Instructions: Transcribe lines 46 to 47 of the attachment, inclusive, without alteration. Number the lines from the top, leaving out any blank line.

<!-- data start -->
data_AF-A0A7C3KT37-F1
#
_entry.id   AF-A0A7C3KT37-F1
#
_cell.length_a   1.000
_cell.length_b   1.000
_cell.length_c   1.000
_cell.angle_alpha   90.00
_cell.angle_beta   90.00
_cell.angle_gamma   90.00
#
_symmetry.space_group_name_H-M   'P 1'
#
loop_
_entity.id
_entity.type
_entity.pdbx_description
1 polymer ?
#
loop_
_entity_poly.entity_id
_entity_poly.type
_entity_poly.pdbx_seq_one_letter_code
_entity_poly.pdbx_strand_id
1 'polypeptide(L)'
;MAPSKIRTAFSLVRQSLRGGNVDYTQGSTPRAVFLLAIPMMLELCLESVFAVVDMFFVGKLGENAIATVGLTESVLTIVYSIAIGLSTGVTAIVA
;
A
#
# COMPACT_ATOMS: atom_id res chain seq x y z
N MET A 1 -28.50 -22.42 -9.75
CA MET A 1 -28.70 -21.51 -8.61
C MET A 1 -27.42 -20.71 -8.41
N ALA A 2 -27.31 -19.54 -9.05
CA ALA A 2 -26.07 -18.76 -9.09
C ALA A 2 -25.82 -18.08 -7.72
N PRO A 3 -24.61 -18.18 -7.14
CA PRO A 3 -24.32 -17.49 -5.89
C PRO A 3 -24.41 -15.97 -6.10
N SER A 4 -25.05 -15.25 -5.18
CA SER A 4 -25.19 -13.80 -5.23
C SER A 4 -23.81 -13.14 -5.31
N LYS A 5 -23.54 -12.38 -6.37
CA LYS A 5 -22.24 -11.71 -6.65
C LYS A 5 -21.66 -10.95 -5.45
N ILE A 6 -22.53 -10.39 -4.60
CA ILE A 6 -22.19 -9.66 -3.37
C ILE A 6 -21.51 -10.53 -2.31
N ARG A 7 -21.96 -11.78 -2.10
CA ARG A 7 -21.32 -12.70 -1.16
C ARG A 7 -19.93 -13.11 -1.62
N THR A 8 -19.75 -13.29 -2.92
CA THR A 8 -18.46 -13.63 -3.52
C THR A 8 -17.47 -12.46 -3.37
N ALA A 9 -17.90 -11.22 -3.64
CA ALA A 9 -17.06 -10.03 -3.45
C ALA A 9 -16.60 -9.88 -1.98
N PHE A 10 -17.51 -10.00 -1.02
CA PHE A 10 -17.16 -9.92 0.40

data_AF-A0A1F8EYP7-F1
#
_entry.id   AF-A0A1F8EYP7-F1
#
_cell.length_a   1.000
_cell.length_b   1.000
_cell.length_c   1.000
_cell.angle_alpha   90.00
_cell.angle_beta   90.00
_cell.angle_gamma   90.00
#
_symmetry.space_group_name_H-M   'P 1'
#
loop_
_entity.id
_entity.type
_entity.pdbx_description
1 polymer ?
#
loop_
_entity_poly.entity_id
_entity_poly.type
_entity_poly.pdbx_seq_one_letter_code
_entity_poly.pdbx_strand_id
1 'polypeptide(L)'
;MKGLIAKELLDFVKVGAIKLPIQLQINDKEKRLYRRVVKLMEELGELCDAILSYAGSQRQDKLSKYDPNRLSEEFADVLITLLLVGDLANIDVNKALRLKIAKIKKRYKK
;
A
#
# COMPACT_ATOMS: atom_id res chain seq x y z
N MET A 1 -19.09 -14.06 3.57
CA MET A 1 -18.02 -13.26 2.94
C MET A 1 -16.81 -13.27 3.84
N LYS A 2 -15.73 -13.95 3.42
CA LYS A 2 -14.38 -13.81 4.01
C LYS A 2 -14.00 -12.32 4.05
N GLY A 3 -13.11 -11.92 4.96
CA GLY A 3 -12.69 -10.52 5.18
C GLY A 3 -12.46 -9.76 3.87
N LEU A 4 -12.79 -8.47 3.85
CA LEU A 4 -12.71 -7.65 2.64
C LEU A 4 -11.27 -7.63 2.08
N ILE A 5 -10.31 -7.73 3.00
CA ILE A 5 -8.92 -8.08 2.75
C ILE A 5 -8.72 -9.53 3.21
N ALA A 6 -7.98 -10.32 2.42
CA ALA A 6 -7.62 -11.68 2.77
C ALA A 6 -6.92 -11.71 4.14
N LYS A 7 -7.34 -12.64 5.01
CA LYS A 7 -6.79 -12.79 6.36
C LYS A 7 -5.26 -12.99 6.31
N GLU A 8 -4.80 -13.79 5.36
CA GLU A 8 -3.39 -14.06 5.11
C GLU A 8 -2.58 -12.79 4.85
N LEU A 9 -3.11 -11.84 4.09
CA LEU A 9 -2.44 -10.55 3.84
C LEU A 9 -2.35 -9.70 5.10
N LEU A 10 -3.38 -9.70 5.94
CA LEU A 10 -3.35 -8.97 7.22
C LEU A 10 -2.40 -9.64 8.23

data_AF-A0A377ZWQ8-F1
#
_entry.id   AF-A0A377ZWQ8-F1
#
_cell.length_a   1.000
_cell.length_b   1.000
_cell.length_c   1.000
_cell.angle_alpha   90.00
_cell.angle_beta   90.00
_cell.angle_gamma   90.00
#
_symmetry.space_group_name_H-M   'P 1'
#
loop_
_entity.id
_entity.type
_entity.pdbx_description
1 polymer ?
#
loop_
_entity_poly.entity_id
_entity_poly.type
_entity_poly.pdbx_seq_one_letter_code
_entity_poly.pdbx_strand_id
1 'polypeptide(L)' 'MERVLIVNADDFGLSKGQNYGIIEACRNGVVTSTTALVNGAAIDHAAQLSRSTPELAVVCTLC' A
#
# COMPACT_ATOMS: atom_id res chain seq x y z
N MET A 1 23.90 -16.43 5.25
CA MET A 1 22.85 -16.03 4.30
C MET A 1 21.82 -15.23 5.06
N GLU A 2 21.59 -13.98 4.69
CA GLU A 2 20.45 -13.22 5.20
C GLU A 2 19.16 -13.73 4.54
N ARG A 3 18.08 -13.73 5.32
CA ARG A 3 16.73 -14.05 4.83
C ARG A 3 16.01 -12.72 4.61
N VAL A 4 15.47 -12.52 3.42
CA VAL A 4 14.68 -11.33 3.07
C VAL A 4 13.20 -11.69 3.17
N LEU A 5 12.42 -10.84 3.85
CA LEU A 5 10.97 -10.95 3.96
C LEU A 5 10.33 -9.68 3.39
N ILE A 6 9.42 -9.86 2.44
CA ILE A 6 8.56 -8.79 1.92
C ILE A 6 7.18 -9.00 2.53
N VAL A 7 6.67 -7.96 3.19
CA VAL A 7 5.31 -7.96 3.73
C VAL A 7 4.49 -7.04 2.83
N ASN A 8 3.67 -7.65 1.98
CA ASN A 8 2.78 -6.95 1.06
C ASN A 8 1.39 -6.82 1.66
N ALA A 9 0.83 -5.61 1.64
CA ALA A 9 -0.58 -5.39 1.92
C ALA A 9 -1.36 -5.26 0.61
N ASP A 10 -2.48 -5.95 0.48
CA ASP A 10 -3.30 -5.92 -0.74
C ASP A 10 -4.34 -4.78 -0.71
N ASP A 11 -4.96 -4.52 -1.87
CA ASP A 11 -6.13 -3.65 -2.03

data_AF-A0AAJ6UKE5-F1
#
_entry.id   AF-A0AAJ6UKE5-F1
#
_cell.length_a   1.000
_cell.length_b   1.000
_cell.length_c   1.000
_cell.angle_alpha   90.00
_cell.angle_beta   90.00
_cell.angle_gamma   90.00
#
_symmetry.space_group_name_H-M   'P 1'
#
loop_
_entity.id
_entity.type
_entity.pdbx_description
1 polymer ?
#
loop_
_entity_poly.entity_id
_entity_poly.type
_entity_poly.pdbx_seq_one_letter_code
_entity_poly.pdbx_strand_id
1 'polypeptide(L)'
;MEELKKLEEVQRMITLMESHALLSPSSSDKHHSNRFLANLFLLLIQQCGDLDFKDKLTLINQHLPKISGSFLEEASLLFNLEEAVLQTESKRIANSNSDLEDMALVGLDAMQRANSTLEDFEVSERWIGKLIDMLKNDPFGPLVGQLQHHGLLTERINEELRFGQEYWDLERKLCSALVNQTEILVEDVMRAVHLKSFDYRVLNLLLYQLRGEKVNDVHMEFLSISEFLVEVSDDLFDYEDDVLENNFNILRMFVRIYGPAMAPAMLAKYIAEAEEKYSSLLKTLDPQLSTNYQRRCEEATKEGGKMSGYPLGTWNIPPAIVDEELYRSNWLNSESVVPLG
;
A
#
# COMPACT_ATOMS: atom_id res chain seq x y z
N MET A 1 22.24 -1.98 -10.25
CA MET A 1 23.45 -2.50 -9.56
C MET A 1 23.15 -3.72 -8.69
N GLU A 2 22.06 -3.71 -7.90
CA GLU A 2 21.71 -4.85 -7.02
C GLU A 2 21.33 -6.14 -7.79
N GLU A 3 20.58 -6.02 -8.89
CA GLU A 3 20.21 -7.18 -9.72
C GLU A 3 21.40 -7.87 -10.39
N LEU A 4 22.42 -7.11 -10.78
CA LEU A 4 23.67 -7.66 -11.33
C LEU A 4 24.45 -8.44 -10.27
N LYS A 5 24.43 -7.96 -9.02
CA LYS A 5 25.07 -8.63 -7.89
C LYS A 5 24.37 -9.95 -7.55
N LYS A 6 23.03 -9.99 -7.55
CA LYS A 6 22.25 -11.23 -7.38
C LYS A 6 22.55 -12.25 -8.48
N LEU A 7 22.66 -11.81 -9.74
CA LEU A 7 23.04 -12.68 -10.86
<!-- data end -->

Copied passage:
N ILE A 6 -22.53 -10.39 -4.60
CA ILE A 6 -22.19 -9.66 -3.37